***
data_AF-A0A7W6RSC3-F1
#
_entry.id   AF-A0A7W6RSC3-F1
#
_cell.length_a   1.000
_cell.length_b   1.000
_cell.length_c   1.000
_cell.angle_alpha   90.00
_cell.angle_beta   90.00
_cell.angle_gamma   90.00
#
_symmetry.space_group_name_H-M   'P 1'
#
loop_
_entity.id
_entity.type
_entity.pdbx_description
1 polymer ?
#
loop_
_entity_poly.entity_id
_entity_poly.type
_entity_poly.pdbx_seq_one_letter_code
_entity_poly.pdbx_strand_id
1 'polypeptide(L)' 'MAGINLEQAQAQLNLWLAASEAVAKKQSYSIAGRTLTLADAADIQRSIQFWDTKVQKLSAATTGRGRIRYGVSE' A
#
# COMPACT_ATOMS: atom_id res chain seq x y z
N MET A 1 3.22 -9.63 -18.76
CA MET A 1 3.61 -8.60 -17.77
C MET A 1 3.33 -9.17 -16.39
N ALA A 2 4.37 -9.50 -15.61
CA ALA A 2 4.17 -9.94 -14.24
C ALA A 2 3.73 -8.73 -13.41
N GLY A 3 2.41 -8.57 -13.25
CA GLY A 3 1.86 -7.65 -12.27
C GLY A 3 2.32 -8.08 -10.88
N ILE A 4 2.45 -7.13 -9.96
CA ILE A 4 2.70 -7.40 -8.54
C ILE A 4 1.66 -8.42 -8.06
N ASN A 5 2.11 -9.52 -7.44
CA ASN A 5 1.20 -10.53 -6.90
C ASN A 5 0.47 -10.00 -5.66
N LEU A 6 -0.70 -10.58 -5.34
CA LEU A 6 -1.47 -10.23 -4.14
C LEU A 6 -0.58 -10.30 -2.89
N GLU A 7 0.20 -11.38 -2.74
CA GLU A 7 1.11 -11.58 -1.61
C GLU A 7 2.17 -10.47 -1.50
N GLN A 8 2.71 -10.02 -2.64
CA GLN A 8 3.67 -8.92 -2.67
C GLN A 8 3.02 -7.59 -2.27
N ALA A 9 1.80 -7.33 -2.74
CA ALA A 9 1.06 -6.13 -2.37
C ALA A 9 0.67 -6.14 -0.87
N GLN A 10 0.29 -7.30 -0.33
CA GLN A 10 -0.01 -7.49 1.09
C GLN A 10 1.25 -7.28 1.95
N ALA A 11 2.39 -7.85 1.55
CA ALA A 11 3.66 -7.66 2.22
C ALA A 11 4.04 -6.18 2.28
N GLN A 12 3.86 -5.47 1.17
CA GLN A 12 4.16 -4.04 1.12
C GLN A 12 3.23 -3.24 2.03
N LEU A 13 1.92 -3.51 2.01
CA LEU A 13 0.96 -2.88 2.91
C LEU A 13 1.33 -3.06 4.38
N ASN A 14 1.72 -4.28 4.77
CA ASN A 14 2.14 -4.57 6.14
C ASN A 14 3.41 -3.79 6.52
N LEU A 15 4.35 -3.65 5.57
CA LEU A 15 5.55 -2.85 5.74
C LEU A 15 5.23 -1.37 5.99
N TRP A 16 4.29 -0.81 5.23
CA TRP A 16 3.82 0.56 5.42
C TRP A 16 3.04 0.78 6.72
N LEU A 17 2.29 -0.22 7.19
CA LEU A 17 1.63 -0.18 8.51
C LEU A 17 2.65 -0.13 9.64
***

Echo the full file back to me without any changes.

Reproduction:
data_AF-A0A7W6RSC3-F1
#
_entry.id   AF-A0A7W6RSC3-F1
#
_cell.length_a   1.000
_cell.length_b   1.000
_cell.length_c   1.000
_cell.angle_alpha   90.00
_cell.angle_beta   90.00
_cell.angle_gamma   90.00
#
_symmetry.space_group_name_H-M   'P 1'
#
loop_
_entity.id
_entity.type
_entity.pdbx_description
1 polymer ?
#
loop_
_entity_poly.entity_id
_entity_poly.type
_entity_poly.pdbx_seq_one_letter_code
_entity_poly.pdbx_strand_id
1 'polypeptide(L)' 'MAGINLEQAQAQLNLWLAASEAVAKKQSYSIAGRTLTLADAADIQRSIQFWDTKVQKLSAATTGRGRIRYGVSE' A
#
# COMPACT_ATOMS: atom_id res chain seq x y z
N MET A 1 3.22 -9.63 -18.76
CA MET A 1 3.61 -8.60 -17.77
C MET A 1 3.33 -9.17 -16.39
N ALA A 2 4.37 -9.50 -15.61
CA ALA A 2 4.17 -9.94 -14.24
C ALA A 2 3.73 -8.73 -13.41
N GLY A 3 2.41 -8.57 -13.25
CA GLY A 3 1.86 -7.65 -12.27
C GLY A 3 2.32 -8.08 -10.88
N ILE A 4 2.45 -7.13 -9.96
CA ILE A 4 2.70 -7.40 -8.54
C ILE A 4 1.66 -8.42 -8.06
N ASN A 5 2.11 -9.52 -7.44
CA ASN A 5 1.20 -10.53 -6.90
C ASN A 5 0.47 -10.00 -5.66
N LEU A 6 -0.70 -10.58 -5.34
CA LEU A 6 -1.47 -10.23 -4.14
C LEU A 6 -0.58 -10.30 -2.89
N GLU A 7 0.20 -11.38 -2.74
CA GLU A 7 1.11 -11.58 -1.61
C GLU A 7 2.17 -10.47 -1.50
N GLN A 8 2.71 -10.02 -2.64
CA GLN A 8 3.67 -8.92 -2.67
C GLN A 8 3.02 -7.59 -2.27
N ALA A 9 1.80 -7.33 -2.74
CA ALA A 9 1.06 -6.13 -2.37
C ALA A 9 0.67 -6.14 -0.87
N GLN A 10 0.29 -7.30 -0.33
CA GLN A 10 -0.01 -7.49 1.09
C GLN A 10 1.25 -7.28 1.95
N ALA A 11 2.39 -7.85 1.55
CA ALA A 11 3.66 -7.66 2.22
C ALA A 11 4.04 -6.18 2.28
N GLN A 12 3.86 -5.47 1.17
CA GLN A 12 4.16 -4.04 1.12
C GLN A 12 3.23 -3.24 2.03
N LEU A 13 1.92 -3.51 2.01
CA LEU A 13 0.96 -2.88 2.91
C LEU A 13 1.33 -3.06 4.38
N ASN A 14 1.72 -4.28 4.77
CA ASN A 14 2.14 -4.57 6.14
C ASN A 14 3.41 -3.79 6.52
N LEU A 15 4.35 -3.65 5.57
CA LEU A 15 5.55 -2.85 5.74
C LEU A 15 5.23 -1.37 5.99
N TRP A 16 4.29 -0.81 5.23
CA TRP A 16 3.82 0.56 5.42
C TRP A 16 3.04 0.78 6.72
N LEU A 17 2.29 -0.22 7.19
CA LEU A 17 1.63 -0.18 8.51
C LEU A 17 2.65 -0.13 9.64